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Jan.-Feb. 2014 (vol. 12 no. 1)
pp. 11-13
M. Angela Sasse, University College London
Usable security is often seen as simply an enabler of good security behavior: if the actions required aren't too difficult or effortful, users will do so. But human-centered design of security means enabling users to make informed security choices. First, their preferred choice needs to be available. Authors of privacy policies should take note here, and service providers need to manage their security issues without burdening legitimate customers (solving CAPTCHAs to prove you are human isn't something a customer would choose to do, ever). Second, we need to accept that users sometimes choose to take risks. Protecting users means giving them an accurate understanding of possible consequences, and the likelihood of them occurring.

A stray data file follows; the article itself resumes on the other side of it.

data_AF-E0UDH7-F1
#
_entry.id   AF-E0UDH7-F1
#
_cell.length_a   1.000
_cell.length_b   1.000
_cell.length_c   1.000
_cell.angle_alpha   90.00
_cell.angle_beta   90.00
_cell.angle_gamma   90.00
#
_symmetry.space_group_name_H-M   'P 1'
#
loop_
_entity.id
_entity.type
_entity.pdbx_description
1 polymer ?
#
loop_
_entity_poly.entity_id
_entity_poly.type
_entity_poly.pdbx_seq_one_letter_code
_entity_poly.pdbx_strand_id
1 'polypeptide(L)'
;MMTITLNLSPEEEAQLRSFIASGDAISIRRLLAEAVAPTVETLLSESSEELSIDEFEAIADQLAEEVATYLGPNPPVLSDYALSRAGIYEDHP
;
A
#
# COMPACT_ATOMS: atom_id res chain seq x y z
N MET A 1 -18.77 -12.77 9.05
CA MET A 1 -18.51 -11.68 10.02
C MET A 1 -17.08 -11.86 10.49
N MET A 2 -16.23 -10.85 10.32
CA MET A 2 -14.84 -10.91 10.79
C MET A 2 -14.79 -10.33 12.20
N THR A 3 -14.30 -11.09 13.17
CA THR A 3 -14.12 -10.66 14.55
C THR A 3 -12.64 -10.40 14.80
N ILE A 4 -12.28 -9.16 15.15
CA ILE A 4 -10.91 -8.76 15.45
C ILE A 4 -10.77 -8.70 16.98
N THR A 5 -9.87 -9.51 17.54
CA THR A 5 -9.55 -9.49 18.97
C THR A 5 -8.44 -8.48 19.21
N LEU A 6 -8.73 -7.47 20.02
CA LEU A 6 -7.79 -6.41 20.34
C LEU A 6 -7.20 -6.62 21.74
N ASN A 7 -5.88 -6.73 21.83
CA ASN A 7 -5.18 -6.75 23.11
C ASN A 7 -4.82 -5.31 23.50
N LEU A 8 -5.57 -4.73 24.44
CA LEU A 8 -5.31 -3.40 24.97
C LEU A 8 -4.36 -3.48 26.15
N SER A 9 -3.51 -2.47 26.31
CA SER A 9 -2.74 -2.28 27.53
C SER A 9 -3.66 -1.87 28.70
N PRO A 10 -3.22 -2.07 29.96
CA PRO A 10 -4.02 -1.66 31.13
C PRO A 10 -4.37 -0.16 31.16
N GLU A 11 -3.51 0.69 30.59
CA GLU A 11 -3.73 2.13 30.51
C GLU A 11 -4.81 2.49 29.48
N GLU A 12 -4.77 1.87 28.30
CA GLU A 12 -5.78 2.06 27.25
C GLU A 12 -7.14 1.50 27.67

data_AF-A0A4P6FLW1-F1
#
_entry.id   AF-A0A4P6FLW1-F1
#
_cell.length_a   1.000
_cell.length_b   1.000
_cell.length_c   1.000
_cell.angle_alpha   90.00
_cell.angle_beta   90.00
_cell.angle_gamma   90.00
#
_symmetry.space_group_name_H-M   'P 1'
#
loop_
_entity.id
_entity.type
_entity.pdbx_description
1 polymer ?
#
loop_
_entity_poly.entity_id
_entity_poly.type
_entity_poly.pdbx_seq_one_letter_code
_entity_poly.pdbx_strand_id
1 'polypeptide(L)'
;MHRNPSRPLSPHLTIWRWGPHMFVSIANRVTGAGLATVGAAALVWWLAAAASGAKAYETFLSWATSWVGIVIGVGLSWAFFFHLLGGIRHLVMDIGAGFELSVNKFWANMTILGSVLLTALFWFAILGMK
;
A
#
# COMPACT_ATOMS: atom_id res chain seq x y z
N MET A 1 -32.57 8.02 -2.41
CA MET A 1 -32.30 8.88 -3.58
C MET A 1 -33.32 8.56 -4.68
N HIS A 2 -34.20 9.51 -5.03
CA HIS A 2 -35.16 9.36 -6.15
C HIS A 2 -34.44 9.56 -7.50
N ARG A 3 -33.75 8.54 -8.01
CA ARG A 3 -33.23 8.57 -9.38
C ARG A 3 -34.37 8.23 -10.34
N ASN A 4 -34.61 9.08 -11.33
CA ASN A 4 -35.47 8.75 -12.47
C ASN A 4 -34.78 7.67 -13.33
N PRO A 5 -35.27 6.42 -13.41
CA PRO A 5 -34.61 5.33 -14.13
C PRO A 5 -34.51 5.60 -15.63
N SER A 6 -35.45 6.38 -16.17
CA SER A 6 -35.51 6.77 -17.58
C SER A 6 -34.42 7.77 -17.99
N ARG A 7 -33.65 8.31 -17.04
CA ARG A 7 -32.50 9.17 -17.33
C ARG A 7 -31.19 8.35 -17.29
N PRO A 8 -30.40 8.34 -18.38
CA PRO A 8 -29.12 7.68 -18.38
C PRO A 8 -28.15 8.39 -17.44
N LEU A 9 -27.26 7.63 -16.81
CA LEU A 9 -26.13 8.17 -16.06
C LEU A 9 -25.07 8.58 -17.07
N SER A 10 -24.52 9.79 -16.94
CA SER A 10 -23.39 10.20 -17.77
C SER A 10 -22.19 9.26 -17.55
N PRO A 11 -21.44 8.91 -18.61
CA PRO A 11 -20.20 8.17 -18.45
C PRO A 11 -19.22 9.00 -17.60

Index Terms:
risk,usable security,spear phishing
Citation:
M. Angela Sasse, Charles C. Palmer, "Protecting You," IEEE Security & Privacy, vol. 12, no. 1, pp. 11-13, Jan.-Feb. 2014, doi:10.1109/MSP.2014.11
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